New Zealand to Minerva Reef

The passage from New Zealand to the Minerva reefs was a lot more challenging than the run over from Australia to New Zealand.

In hindsight, I would have probably waited for the next high pressure system to come over, rather than take the one that we did. But we had already passed on the last 3, we were getting marina fever, and Kat and Mat’s New Zealand visas expired after the first aborted weather window departure.

For the entire 800mile the only foresail used was the staysail, the Screecher was firmly tied down to the side of the trampoline and the genoa was firmly furled. The most the main was un-reefed was the second reef, alternating between the 2nd and 3rd reef (after the 3rd reef the next option was no mainsail up).

We left with a strong wind warning, dead astern, averaging 9.5kts for the first 6 hours.

The wind then swang to aft of the beam, which wold have been great for doing big mile days, except the swell was very very confused, there was the developing South Westerly swell from the offshore strong wind warning, the left over Northerly swell from the front that had just been through, and the 3mt easterly swell moving across the Pacific Ocean. Take the boat speed over 8kts and the bridgedeck slapping/thumping from the waves sitting one on top of each other was very disconcerting, so I went with the third reef and the staysail to slow the boat down.

We then moved into the edge of the low pressure system that was sitting below Fiji, where the wind was in transition, with very variable wind speeds. The boat would get up to a scary 12kts with the second reef, in the gusts and a miserable 4kts in the lulls with the 3rd reef in. The number one rule of catamaran sailing is set one’s sail area to the gusts. The next 24hrs were very frustrating, putting a reef in, taking a reef out, powering up the main, depowering the main, and the giving up in frustration and turn the motor on in the lulls, to enable me to get some sleep.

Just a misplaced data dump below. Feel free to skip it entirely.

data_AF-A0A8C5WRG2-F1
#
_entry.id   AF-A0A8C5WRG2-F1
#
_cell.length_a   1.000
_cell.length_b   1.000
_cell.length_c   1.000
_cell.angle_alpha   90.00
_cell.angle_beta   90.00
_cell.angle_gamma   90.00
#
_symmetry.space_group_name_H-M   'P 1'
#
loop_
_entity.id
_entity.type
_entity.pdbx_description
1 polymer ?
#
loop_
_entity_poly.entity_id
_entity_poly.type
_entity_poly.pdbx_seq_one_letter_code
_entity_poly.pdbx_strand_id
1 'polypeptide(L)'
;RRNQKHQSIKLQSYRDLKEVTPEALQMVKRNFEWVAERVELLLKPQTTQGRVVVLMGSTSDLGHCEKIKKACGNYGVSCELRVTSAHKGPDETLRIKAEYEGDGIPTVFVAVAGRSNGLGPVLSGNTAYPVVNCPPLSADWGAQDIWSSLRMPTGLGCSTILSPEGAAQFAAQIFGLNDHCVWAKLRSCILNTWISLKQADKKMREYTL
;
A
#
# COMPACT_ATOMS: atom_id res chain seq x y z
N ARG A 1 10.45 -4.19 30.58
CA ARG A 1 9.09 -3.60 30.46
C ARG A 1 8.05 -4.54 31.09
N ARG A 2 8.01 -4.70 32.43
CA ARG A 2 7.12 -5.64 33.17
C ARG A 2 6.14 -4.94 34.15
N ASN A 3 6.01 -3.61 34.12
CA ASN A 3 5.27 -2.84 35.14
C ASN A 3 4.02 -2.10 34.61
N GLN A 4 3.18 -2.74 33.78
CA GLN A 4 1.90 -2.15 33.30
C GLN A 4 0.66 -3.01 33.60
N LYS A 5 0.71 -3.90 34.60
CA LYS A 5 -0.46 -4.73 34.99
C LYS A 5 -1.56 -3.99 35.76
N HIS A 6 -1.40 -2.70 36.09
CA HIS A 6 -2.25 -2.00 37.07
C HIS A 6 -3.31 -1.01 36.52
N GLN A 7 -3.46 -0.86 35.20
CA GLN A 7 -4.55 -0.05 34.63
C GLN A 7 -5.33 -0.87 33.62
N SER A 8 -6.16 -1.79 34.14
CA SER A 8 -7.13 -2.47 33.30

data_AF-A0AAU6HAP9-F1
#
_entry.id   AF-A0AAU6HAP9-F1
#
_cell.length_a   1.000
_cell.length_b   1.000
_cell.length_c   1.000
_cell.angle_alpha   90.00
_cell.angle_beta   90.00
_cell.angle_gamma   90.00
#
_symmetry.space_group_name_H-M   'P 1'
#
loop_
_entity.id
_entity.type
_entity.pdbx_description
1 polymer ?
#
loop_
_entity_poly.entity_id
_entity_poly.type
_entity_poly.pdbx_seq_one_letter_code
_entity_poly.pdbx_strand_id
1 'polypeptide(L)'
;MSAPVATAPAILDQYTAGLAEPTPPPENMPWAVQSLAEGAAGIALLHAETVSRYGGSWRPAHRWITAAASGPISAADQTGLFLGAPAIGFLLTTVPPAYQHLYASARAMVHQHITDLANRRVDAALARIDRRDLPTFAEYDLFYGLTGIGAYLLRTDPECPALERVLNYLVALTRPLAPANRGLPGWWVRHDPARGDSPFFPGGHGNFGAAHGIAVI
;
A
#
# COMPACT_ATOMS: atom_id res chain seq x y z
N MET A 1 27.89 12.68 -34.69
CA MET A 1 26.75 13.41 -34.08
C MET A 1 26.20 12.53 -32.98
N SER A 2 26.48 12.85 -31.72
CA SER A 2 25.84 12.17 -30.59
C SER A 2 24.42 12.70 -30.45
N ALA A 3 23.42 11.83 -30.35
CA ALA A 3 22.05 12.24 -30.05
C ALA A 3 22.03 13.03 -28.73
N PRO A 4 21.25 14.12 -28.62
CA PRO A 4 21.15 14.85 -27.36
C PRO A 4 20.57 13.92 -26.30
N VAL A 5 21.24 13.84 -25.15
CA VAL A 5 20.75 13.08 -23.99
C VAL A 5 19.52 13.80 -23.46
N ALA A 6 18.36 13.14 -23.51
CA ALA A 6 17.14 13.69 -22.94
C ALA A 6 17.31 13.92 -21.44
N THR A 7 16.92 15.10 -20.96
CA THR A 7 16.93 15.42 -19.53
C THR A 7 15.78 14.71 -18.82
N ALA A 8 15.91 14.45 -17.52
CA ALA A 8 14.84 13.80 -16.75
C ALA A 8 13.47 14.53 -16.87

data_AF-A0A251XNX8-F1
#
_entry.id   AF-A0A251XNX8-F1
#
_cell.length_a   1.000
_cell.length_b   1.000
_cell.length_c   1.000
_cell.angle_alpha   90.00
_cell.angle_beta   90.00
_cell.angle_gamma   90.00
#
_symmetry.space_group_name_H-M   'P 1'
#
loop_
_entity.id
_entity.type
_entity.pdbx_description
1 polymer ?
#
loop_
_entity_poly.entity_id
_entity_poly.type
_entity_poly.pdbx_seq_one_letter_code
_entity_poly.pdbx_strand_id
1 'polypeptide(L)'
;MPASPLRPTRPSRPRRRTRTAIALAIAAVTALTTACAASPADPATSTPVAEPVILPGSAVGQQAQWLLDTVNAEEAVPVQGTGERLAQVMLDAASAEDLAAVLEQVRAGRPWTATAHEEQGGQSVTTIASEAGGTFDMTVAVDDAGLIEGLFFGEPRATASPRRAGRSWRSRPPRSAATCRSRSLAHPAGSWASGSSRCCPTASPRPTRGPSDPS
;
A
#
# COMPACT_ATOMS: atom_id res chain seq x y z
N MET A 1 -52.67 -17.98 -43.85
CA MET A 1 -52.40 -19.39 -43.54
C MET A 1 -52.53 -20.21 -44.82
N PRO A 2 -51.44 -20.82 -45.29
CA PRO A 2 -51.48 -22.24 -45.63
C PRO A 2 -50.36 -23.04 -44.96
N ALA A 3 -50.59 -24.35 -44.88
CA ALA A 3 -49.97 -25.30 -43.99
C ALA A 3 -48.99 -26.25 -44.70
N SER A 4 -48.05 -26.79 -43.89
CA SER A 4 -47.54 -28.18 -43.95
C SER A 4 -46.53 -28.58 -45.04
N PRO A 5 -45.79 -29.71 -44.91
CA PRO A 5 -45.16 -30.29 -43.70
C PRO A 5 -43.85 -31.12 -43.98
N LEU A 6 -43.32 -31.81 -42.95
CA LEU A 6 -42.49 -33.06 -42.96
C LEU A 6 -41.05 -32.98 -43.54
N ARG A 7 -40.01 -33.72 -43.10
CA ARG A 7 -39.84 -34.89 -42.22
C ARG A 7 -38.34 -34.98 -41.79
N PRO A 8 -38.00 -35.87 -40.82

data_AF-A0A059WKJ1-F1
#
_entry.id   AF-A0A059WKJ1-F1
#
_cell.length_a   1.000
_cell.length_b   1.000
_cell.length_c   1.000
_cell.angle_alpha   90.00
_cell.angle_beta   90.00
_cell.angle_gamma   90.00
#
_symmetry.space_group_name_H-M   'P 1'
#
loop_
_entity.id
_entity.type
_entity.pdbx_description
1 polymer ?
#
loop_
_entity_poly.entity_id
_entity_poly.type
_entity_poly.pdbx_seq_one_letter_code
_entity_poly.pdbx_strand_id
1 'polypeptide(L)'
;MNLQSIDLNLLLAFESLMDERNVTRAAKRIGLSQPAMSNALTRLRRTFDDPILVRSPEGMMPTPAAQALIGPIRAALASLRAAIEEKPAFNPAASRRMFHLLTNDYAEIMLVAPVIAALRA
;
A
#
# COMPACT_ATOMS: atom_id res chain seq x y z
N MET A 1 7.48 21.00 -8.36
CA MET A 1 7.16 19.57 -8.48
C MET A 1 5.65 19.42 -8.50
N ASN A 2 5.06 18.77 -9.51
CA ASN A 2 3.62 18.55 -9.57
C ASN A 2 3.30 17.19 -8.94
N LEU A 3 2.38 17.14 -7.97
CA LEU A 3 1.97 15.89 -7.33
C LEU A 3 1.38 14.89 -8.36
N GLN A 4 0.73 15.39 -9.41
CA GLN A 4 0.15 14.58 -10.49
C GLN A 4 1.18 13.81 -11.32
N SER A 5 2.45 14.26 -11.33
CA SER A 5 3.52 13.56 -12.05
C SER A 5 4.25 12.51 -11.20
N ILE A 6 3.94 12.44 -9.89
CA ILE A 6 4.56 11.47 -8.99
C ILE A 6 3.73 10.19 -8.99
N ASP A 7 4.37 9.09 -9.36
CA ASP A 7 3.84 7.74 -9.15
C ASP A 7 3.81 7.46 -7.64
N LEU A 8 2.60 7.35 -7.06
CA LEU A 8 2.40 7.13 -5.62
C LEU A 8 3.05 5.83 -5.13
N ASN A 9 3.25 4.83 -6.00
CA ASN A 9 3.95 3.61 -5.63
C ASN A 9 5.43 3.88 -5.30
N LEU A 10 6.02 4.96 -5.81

The wind speed finally stabilised and I could loosen the reins on Logic. Or so I thought, except by now in addition to the 3mt Easterly swell there was a NNEly swell. When the NNEly wave sat on top of the Easterly wave, it slammed into the leading edge of the bridge deck with an almighty wack. While I have confidence in the structural integrity of the hull and rigging, 500 miles from any land is not the place to give it this sort of a test. So the main came down and we slowly motor sailed with just the staysail up, keeping the speed around 5kts.

Then in the morning the secondary swell was gone, and we could crank Logic up to 200mile day speeds for the last day.

 Initially with the 3rd reef in the main,    

then the second as the wind died a little.

We ended up covering the 783 miles from Opua to South Minerva Reef, in 5 days and 2 hours, at an average speed of 6.4kts.

Not a very fast passage, but nothing broke. Over the VHF we listened in on the casualties from other boats that has left at the same time, broken mainsail batten cars, ripped top of mainsail, hot water scalding from the galley, and a boat had their mast come down.

Learnt a lot and now have a few more stories to tell at the bar.